A rendezvous with Route 66 is as classic as it gets. Far from the madding crowd and those soulless six-lane interstate highways, it’s all about small-town main streets and quiet country byways on Route 66. Bookended by Chicago’s big shoulders and the sun-kissed palm trees of Santa Monica, you’ll need weeks to traverse the full-length of this 92-year-old, 3800km cross-country route. But I got my proverbial kicks on the first 500kms on America’s Mother Road, cutting a path from Chicago to St. Louis, studded with retro American delights aplenty.
True to the spirit of the full Route 66 experience, the diagonal course of the highway was purposefully designed to stitch together rural towns, uniting them with a shared national highway system. In 1926, the Illinois stretch of US 66 was already paved in concrete and the first state to claim it was “slab all the way.” A plethora of roadside services soon sprouted up. Food, lodging, auto services, souvenir shops, roadside attractions…the travel industry was born.
After making our way out of the suburbs of Chicago’s southern flank, we followed the old route southwest from Joliet through a series of sweet little towns, popping up between the infinity sprawl of cornfields, stretching as far as the eye could see across the pancake-flat expanse of the Mid-West. It’s now officially designated as Highway 53, but the Historic Route 66 signs are ever-present. Our first stop was Wilmington where a 30-foot tall, bright green roadside statue soon captivated proceedings.
Towering above the old Launching Pad Drive-in Restaurant, Gemini Giant is a lofty fibreglass spaceman, erected during the giddy heights of the space age. He still commands court as a wildly popular selfie stop. As we prepared to pose in front of Gemini, the restaurant owner breezed outside to greet us and offered to our group photo. Such outgoing friendliness and hospitality, we soon discovered, was ever-present all along Route 66.
Further up the road, we popped into Nelly’s Café, ablaze in retro memorabilia and buzzing with happy diners. Their angus beef burgers are irresistible. Once again, we were urged to sign their guest book, as we did in every Route 66 attraction – and a quick flick through the pages revealed a regular supply of passing Kiwis. The guest books are like a thumbs-up throwback to the pre-Facebook and Trip Advisor era.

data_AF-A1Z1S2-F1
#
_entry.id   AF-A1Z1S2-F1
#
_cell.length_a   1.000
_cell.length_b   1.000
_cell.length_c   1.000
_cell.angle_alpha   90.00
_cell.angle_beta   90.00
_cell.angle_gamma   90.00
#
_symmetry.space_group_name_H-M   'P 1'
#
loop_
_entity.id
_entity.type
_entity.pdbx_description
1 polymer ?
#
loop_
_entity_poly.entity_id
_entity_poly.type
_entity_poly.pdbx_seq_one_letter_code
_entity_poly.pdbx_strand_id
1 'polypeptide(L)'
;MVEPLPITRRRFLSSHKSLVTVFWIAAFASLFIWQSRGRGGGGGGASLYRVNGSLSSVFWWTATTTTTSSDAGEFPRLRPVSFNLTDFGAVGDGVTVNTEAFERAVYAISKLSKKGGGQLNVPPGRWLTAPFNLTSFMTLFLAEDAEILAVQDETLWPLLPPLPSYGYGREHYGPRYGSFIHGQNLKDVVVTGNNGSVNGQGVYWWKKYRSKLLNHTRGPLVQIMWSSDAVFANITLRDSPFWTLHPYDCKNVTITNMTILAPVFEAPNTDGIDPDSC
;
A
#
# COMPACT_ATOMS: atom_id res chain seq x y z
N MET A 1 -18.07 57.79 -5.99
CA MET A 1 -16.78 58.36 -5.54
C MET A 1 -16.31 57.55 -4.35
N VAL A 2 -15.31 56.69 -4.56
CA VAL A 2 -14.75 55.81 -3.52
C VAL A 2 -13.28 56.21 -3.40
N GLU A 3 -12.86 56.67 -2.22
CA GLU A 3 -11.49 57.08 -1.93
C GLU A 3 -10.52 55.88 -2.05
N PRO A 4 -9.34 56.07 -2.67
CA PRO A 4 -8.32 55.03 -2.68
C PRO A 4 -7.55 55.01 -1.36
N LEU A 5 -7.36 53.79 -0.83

Few sights encapsulate the romance of the historic highway in more stirring fashion than the pint-sized roadside service stations. Two great specimens, that have been lovingly preserved and restored can be found in the neighbouring towns of quaint and leafy Dwight and Odell. A short hop led us to Pontiac, which instantly seduced me as a heart-stealing Route 66 town. Bright, colourful and charismatic, Pontiac plays up its Mother Road credentials with irresistible panache. 19 giant wall murals evoking the glory days driving on Route 66 carpet the streetscape in the historic district.
Miniature classic cars have been installed on the sidewalks, paying tribute to the American automobile industry and the glorious vehicle models that once purred through these streets. I managed to park myself in one of them. Parked up outside the Route 66 Hall of Fame and Museum, is Bob Waldmire’s 1966 Chevrolet school bus. Bob was one of the leading preservationists of the historic highway, celebrating the history and richness of Route 66 through art.
Another of his road-touring vehicles, a 1972 VW Microbus was immortalised in Pixar’s Cars movie, serving as the inspiration for the character, “Fillmore.” Bob’s last commissioned artwork is the 66-foot long map of the highway adorning the side of the museum on Main Street. Too sick to paint the mural himself, his family and 500 friends from all along Route 66 gathered in Pontiac in 2011, to paint it in his memory. We then ventured to the only town named for Honest Abe during his lifetime – Lincoln. He supposedly baptised the place by spitting out a mouthful of watermelon seeds, hence the plaster watermelon and historical plaque, honouring the event. Lincoln also proudly boasts the world’s largest covered wagon, as certified by Guinness, suitably being driven by Honest Abe. Add that one to your selfie stops.
Further down the road, the state capital of Springfield holds huge pull among Abraham Lincoln aficionados. He lived and worked here from 1837 to 1861, leaving Springfield upon his election to the presidency. The holy trinity sights comprise his presidential library, his home and Lincoln’s Tomb. Before departing town, make tracks to a celebrated Route 66 Diner, the Cozy Dog Drive-In. Founded in 1949 by the father of Bob Waldmire, Ed is lauded as giving birth to that cherished Mid-West staple, the corn dog. In these parts, the snack is simply called a “Cozy.”
The last gasp of Illinois’ Route 66 encounter climaxes on the banks the Mississippi River, where the state line rubs shoulders with Missouri. Spanning the river is the historic Old Chain of Rocks Bridge, built in 1929 to spirit Route 66ers across the might Miss. This marvellous mile-long bridge has a 30-degree angled bend mid-way – the cause of many a crash. As the lights of St. Louis flickered on the horizon, our riveting rendezvous with Route 66 from Chicago left us with a warm, satisfying and lingering glow.
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